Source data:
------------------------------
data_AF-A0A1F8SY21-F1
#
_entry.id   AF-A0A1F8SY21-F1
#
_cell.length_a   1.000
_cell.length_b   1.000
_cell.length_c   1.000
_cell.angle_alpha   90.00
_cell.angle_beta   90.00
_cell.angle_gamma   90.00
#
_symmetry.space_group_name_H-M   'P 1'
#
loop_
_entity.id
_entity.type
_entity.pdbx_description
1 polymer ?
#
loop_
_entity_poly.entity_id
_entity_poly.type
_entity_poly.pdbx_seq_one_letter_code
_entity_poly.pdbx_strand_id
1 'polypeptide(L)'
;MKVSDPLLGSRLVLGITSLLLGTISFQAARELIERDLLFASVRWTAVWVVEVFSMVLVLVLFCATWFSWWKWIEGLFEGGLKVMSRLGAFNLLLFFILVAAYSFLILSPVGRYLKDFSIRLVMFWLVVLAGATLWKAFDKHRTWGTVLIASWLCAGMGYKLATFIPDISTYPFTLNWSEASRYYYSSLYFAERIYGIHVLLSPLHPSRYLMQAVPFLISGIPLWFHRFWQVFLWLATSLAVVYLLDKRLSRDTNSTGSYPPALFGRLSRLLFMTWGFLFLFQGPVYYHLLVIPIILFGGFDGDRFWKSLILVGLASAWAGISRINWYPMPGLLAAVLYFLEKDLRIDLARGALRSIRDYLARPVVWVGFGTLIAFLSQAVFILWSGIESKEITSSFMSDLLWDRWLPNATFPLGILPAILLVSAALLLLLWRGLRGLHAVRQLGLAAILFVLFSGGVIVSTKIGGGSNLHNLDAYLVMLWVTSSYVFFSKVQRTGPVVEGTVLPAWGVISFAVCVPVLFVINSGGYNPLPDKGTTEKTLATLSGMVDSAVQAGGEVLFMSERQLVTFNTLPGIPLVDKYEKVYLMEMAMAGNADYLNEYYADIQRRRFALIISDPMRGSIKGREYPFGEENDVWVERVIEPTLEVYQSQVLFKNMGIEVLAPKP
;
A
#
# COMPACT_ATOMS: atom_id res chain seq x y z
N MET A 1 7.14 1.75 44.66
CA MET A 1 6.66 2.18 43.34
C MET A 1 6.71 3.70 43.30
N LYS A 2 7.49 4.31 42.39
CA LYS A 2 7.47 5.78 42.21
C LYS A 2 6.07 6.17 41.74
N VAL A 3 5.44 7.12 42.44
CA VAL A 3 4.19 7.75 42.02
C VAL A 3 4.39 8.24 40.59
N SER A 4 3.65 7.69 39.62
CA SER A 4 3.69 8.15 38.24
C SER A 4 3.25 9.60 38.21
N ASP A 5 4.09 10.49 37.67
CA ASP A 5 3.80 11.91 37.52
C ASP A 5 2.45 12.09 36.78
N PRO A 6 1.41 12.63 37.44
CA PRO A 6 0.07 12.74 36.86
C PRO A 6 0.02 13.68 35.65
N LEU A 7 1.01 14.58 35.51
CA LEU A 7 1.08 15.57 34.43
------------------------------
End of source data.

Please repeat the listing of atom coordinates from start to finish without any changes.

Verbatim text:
data_AF-A0A1F8SY21-F1
#
_entry.id   AF-A0A1F8SY21-F1
#
_cell.length_a   1.000
_cell.length_b   1.000
_cell.length_c   1.000
_cell.angle_alpha   90.00
_cell.angle_beta   90.00
_cell.angle_gamma   90.00
#
_symmetry.space_group_name_H-M   'P 1'
#
loop_
_entity.id
_entity.type
_entity.pdbx_description
1 polymer ?
#
loop_
_entity_poly.entity_id
_entity_poly.type
_entity_poly.pdbx_seq_one_letter_code
_entity_poly.pdbx_strand_id
1 'polypeptide(L)'
;MKVSDPLLGSRLVLGITSLLLGTISFQAARELIERDLLFASVRWTAVWVVEVFSMVLVLVLFCATWFSWWKWIEGLFEGGLKVMSRLGAFNLLLFFILVAAYSFLILSPVGRYLKDFSIRLVMFWLVVLAGATLWKAFDKHRTWGTVLIASWLCAGMGYKLATFIPDISTYPFTLNWSEASRYYYSSLYFAERIYGIHVLLSPLHPSRYLMQAVPFLISGIPLWFHRFWQVFLWLATSLAVVYLLDKRLSRDTNSTGSYPPALFGRLSRLLFMTWGFLFLFQGPVYYHLLVIPIILFGGFDGDRFWKSLILVGLASAWAGISRINWYPMPGLLAAVLYFLEKDLRIDLARGALRSIRDYLARPVVWVGFGTLIAFLSQAVFILWSGIESKEITSSFMSDLLWDRWLPNATFPLGILPAILLVSAALLLLLWRGLRGLHAVRQLGLAAILFVLFSGGVIVSTKIGGGSNLHNLDAYLVMLWVTSSYVFFSKVQRTGPVVEGTVLPAWGVISFAVCVPVLFVINSGGYNPLPDKGTTEKTLATLSGMVDSAVQAGGEVLFMSERQLVTFNTLPGIPLVDKYEKVYLMEMAMAGNADYLNEYYADIQRRRFALIISDPMRGSIKGREYPFGEENDVWVERVIEPTLEVYQSQVLFKNMGIEVLAPKP
;
A
#
# COMPACT_ATOMS: atom_id res chain seq x y z
N MET A 1 7.14 1.75 44.66
CA MET A 1 6.66 2.18 43.34
C MET A 1 6.71 3.70 43.30
N LYS A 2 7.49 4.31 42.39
CA LYS A 2 7.47 5.78 42.21
C LYS A 2 6.07 6.17 41.74
N VAL A 3 5.44 7.12 42.44
CA VAL A 3 4.19 7.75 42.02
C VAL A 3 4.39 8.24 40.59
N SER A 4 3.65 7.69 39.62
CA SER A 4 3.69 8.15 38.24
C SER A 4 3.25 9.60 38.21
N ASP A 5 4.09 10.49 37.67
CA ASP A 5 3.80 11.91 37.52
C ASP A 5 2.45 12.09 36.78
N PRO A 6 1.41 12.63 37.44
CA PRO A 6 0.07 12.74 36.86
C PRO A 6 0.02 13.68 35.65
N LEU A 7 1.01 14.58 35.51
CA LEU A 7 1.08 15.57 34.43